JOINING – Joining is the mating of one animal to another. Normally, the buck/doe ratio should be between 1:25 and 1:50. A buck should not be expected to breed more than 50 does in a six-week period. Keeping the ratios low will allow the buck to do his work quickly, resulting in a kidding season that is compressed into a 6-week period, five months later. This will also shorten the combing season.
Beginning in late August to early September, does with sufficient stored body fat will cycle every 18 to 21 days and will remain receptive to the buck for 2 to 3 days. Goats are seasonally poly-estrus, meaning they will cycle regularly for six months. If they remain unbred by the end of that time period, usually in late January, they will stop cycling until the following August. If during the summer the does are not exposed to bucks at all, meaning the bucks are out of earshot and more importantly, the does are not able to smell them, the sudden introduction of bucks to a group of does that have not yet begun to cycle will stimulate them to naturally synchronize themselves. Then they will all cycle within three days. Keeping the bucks apart from the does for the first two days will stimulate the bucks to greater semen production. Does bred to bucks that are not allowed to “warm-up” will have lower fertility rates and may not be successfully bred the first cycle due to the presence of immature sperm.
A more challenging feat would be to keep the cycling does and the freshly introduced bucks apart for one month, breeding the does the second time they cycle, instead of the first. Does will naturally ovulate more eggs during their second cycle than during their first resulting in a higher percentage of twins. If a vasectomized or “teaser” buck, one whose epididymus has been severed, but the testicles retained, is available, he can be used to stimulate the does to synchronized cycling. He can then be left in with the does to keep them happy until it is time to put in fertile bucks. However, if the does’ condition is not good enough to enable her to carry twins to term, she should be bred during her first cycle to bucks that have been warmed-up. In Mongolia, bibs are used to physically prevent mature bucks from breeding does out-of-season. This method can be ineffective if close watch is not kept on the condition of the bib. The bib itself is made of heavily woven materials and is suspended around the buck’s midsection.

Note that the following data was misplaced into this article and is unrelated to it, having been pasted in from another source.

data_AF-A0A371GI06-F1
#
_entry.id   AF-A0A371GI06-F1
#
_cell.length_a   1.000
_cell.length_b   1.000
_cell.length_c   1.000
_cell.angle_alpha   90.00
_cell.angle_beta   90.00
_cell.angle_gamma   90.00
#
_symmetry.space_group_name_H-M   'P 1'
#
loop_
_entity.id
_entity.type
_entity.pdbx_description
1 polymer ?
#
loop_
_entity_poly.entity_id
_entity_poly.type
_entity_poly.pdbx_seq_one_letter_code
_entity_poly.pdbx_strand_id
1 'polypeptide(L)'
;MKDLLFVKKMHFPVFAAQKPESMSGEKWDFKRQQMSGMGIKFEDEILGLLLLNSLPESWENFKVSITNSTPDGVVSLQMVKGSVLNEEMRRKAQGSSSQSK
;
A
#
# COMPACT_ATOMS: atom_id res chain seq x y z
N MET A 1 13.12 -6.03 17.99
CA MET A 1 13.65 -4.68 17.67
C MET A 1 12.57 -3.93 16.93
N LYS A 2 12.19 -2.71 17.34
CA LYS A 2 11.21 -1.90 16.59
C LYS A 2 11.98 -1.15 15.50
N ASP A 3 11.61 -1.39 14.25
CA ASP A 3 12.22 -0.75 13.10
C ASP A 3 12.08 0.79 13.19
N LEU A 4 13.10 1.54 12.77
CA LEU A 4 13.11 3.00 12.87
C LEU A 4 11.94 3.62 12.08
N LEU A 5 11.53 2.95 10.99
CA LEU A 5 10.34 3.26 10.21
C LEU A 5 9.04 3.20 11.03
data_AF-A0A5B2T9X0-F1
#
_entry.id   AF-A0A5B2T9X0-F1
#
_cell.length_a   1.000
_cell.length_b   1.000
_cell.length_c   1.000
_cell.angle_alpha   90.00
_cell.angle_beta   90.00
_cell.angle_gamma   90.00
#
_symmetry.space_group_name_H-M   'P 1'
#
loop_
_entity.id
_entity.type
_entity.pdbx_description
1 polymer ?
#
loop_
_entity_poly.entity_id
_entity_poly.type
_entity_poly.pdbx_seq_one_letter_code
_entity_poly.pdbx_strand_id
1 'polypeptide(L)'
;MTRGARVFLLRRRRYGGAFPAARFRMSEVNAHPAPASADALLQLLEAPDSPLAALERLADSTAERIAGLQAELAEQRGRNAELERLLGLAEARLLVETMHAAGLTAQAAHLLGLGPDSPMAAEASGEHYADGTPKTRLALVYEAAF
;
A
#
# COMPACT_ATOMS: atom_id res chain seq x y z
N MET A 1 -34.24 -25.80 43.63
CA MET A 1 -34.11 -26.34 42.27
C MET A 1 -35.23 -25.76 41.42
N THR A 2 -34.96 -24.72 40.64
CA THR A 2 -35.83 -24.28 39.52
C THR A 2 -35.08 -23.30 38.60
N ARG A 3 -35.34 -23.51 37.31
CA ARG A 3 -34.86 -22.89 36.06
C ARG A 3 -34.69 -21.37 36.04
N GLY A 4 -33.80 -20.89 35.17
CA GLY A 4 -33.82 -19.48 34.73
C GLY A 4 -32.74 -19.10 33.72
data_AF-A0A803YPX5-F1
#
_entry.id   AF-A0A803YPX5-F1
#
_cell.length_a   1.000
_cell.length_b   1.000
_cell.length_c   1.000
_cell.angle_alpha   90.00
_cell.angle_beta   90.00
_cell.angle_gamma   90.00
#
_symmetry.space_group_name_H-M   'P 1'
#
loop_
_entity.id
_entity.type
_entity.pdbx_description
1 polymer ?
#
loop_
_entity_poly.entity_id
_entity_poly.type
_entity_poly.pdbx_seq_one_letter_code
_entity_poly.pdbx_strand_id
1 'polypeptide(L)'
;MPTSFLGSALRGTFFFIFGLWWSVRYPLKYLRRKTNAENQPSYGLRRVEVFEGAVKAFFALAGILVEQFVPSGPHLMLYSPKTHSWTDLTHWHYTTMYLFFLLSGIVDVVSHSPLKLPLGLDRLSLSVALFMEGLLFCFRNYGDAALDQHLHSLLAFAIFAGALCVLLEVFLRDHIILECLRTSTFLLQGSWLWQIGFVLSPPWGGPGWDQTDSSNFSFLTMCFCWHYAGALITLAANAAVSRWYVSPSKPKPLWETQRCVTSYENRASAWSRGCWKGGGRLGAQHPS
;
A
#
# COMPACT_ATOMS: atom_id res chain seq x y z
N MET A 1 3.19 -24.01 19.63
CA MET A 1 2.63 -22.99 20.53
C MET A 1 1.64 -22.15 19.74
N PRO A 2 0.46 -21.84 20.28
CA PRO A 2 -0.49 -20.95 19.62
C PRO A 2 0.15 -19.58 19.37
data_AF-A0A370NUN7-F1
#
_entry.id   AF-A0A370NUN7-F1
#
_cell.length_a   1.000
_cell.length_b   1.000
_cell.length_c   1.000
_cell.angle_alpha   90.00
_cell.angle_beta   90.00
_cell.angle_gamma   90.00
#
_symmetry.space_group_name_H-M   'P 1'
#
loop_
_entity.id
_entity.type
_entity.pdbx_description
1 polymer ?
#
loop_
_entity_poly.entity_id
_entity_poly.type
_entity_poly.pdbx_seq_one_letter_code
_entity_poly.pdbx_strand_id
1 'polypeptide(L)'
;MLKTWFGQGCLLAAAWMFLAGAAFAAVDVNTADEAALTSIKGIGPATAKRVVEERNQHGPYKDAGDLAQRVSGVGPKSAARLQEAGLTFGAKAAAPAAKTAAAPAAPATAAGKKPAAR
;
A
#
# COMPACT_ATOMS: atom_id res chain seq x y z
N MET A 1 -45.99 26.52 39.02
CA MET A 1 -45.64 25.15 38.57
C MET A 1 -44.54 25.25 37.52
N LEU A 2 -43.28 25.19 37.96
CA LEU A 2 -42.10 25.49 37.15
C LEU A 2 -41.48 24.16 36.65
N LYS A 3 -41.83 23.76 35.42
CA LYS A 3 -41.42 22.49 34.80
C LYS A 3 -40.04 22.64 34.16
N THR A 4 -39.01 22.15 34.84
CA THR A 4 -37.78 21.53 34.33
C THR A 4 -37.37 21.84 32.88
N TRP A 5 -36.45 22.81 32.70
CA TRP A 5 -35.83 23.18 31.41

Nutrition in the weeks preceding joining is very important. Last years’ kids should be weaned and removed from the doe so she can dry up and put all her energy into building fat reserves and ovulation. A doe that is in good shape when bred is more likely to have multiple ovulations than one that is in poor condition. Giving the does extra feed in the weeks before joining is called “flushing”. In areas where extra feed is not available, joining should occur at the time of year immediately after the most productive season for native grass production. Bucks should be removed from the doe herd or bibbed after two months of joining. Does that have not settled by then are probably too stressed to carry kids to term especially if the buck:doe ratio is low. Additionally, does bred in December will not kid until May and wean until September, giving them no time to recover their resources and begin a new cycle with enough fat to successfully breed and kid the next year.